SFX Bulletin, 4 August 2013: Many of us fear poverty but in today’s gospel, Jesus tells a parable that suggests we should also be very fearful of having great wealth because it can rob us of our greatest treasure.

Luke tells us in today’s gospel that in the midst of a crowd of “many thousands” (v.1) that had gathered to see Jesus as the powerful preacher and miracle worker was a man who was seeking Jesus only because he needed a powerful voice for his greedy plan. While rabbis were often sought to mediate on domestic issues such as the one presented by the man, the circumstances under which the man had sought out Jesus to side him in his inheritance dispute showed up his greedy obsession.  Jesus’ response also revealed that the man’s issue was not one of injustice on the part of his brother but “avarice” or greed on the part of the man.  Jesus used the occasion to tell the parable of the rich fool – a story about a rich man so saturated with his wealth that he even thinks his soul can be saved by it.  Jesus’ parable on the man’s disordered desire came with a warning that “a man’s life is not made secure by what he owns, even when he has more than he needs” (v.15).  It is a parable that prompts us to examine what we are doing with the “good harvest” (v.16) or the “extras” that God has given us – have we “hoard” (v.20) it up for ourselves or are we redistributing it to those in need so that by choosing to live simply, others may simply live?

In the parable that Jesus told, the rich man was unable to see his good harvest as a blessing from God.  He already had barns full of grain but still wanted to increase his hoard, “I will pull down my barns and build bigger ones, and store all my grain and my goods in them and I will say to my soul: My soul, you have plenty of good things laid by for many years to come…” (v.18-19).

The man was so satisfied by his possessions that he could not even see that no human being ever really knows if he or she has “many years to come” or not.   That very same night, God called him.  Jesus concluded the parable by telling the crowd, “…this hoard…whose will it be then?  So it is when a man stores up treasure for himself in place of making himself rich in the sight of God’” (v.21)

At the end of his life, King Solomon, too, realized the futility of living life centred on earthly ambitions.  Solomon’s wealth, political power, 700 wives, 300 concubines and their false gods “led him astray” (1 Kgs. 11:3).  Despite his legendary wisdom, King Solomon’s life ended sadly.  The prophet Nehemiah said, “Among the many nations there was no king like him.  He was loved by his God, and God made him king over all Israel, but even he was led into sin…” (Neh. 13:26).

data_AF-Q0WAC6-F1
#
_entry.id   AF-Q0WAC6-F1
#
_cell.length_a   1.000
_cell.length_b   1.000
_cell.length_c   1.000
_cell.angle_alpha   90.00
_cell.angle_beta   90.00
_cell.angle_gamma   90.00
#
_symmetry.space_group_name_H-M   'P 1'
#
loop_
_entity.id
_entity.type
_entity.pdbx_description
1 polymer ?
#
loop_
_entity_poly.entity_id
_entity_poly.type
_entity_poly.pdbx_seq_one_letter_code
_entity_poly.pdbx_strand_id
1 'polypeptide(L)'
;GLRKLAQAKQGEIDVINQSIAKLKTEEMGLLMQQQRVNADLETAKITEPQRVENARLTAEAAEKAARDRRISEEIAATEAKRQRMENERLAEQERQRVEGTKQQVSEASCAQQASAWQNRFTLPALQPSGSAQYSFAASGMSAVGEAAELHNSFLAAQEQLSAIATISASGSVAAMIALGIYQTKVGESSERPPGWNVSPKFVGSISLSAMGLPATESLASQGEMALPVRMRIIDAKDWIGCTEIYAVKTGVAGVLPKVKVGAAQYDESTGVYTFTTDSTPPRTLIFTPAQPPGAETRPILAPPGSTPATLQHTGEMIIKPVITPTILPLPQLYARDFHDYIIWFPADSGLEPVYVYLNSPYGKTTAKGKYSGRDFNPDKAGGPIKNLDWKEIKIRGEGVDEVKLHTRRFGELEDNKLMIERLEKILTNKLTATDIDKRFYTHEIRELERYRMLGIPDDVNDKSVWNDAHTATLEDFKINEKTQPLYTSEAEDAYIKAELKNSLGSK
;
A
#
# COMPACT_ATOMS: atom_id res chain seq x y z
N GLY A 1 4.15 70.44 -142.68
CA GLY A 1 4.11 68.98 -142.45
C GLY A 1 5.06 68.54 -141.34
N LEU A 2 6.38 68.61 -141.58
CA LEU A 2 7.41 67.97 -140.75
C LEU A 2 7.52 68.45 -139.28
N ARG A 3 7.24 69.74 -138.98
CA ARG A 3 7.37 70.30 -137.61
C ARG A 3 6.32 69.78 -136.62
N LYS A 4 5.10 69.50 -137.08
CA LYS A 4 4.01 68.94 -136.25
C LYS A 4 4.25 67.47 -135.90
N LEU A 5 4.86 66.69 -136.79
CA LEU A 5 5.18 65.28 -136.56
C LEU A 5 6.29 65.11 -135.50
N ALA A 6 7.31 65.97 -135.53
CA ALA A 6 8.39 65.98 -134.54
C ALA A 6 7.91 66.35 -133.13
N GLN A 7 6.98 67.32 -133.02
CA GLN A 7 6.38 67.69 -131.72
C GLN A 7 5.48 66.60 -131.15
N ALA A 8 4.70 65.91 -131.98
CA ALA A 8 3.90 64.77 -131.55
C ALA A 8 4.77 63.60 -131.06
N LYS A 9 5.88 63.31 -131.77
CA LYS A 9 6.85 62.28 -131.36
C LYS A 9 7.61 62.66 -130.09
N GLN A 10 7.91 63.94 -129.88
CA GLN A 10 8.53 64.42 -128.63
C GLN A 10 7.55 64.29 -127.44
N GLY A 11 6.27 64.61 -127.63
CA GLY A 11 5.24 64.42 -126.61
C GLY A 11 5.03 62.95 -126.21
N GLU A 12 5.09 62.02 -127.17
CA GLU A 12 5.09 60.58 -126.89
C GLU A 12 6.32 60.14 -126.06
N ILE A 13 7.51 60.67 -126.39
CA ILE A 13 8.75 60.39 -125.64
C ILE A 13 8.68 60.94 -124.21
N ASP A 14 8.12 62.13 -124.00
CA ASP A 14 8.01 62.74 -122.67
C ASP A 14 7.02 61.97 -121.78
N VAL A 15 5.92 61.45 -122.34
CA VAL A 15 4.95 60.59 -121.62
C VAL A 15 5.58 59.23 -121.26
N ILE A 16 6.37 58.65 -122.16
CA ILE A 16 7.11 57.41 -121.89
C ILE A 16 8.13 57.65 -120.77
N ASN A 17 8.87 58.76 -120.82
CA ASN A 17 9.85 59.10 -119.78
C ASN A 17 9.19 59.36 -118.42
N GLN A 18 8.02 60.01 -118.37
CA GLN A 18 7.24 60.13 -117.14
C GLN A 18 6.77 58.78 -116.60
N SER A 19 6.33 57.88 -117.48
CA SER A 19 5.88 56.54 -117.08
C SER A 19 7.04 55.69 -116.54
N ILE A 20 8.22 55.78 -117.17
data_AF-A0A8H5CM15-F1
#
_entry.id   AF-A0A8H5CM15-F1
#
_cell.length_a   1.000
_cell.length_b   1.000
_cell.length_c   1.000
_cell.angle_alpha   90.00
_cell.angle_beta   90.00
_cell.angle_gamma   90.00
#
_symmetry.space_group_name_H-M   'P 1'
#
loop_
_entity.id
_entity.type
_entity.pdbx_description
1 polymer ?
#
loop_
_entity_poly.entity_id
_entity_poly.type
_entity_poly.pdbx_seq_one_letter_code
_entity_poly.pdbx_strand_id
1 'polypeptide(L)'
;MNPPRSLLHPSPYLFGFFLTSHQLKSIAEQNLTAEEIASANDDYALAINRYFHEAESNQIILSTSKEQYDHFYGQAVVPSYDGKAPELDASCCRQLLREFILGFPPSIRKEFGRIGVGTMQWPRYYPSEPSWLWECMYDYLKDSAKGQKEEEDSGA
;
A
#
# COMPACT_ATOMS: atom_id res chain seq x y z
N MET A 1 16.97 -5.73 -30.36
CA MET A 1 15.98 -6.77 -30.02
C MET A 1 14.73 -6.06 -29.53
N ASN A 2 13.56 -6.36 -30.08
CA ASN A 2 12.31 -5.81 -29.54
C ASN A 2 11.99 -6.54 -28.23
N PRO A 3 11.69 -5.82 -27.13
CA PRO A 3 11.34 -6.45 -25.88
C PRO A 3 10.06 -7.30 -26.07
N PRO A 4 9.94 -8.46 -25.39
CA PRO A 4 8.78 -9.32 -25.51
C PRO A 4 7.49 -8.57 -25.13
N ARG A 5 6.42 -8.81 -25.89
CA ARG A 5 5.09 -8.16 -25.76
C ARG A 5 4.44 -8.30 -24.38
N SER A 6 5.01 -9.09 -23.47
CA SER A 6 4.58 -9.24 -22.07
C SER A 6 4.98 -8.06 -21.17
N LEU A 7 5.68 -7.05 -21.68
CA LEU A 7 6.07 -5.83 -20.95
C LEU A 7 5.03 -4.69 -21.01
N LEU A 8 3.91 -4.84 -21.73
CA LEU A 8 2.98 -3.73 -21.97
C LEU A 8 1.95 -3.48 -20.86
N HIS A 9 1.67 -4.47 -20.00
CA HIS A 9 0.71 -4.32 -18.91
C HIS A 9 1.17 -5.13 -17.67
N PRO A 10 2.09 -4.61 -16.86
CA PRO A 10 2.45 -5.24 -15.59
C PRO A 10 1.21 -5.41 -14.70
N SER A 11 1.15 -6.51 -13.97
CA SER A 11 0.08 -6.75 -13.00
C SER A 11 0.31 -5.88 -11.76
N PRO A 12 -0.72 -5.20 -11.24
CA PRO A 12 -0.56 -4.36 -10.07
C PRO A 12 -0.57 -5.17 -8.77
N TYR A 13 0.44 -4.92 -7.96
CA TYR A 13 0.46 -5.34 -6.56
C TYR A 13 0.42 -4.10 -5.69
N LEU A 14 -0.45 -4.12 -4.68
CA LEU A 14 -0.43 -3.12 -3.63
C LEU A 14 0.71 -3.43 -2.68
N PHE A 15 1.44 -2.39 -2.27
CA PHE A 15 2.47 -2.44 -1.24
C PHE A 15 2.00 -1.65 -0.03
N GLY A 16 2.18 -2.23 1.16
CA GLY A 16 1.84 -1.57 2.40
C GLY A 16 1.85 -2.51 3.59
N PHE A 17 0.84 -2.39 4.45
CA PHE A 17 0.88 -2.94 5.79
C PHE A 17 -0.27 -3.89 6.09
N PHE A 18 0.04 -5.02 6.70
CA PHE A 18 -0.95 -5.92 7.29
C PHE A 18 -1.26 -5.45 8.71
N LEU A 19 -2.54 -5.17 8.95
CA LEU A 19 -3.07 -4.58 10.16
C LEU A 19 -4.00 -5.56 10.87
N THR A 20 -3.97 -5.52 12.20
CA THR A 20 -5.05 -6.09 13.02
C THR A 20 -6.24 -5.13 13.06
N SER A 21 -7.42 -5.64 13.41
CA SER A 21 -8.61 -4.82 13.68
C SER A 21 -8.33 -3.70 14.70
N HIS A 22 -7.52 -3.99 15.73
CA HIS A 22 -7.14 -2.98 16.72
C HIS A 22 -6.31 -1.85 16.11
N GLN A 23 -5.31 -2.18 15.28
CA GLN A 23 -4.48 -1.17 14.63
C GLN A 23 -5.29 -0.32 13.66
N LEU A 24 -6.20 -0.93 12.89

St. Paul’s letter to the Colossians tells us how one who has been called by God and blessed with “true life in Christ” through baptism can avoid being led astray and back into sin, “Let your thoughts be on heavenly things, not on the things that are on the earth, you have died, and now the life you have is hidden with Christ in God”. (v.2).   The bible is our manual for understanding “heavenly things”.  In this Year of Faith we are all encouraged to study and meditate on our Scripture-based Creed and Catechism to deepen our knowledge and understanding of the mysteries of our faith.  Through the Catechism, St. Paul’s words, “…you have died…” become clearer, “If water springing up from the earth symbolizes life, the water or the sea is a symbol of death and so can represent the mystery of the cross.  By this symbolism Baptism signifies communion with Christ’s death” (CCC1220).

Jesus’ death – the giving of his life – so that all of us can be redeemed from sin and death, is the most perfect expression of generosity and love.  He has loved us first so that in experiencing his love, we may desire to “progress towards true knowledge” of our “new self” and welcome Jesus as “everything” in life (Col.3:10-11).

Let us make the psalmist’s humble prayer our own today, “Make us know the shortness of our life that we may gain wisdom of heart” (Ps. 89).  None of us know how “many years to come” we still have, but God has given us this hour of Holy Mass to approach Jesus – may we not have excessive materialism on our prayer list but a grateful heart that seeks to understand deeper and share with others the wealth of “heavenly things” already pouring out on us unceasingly.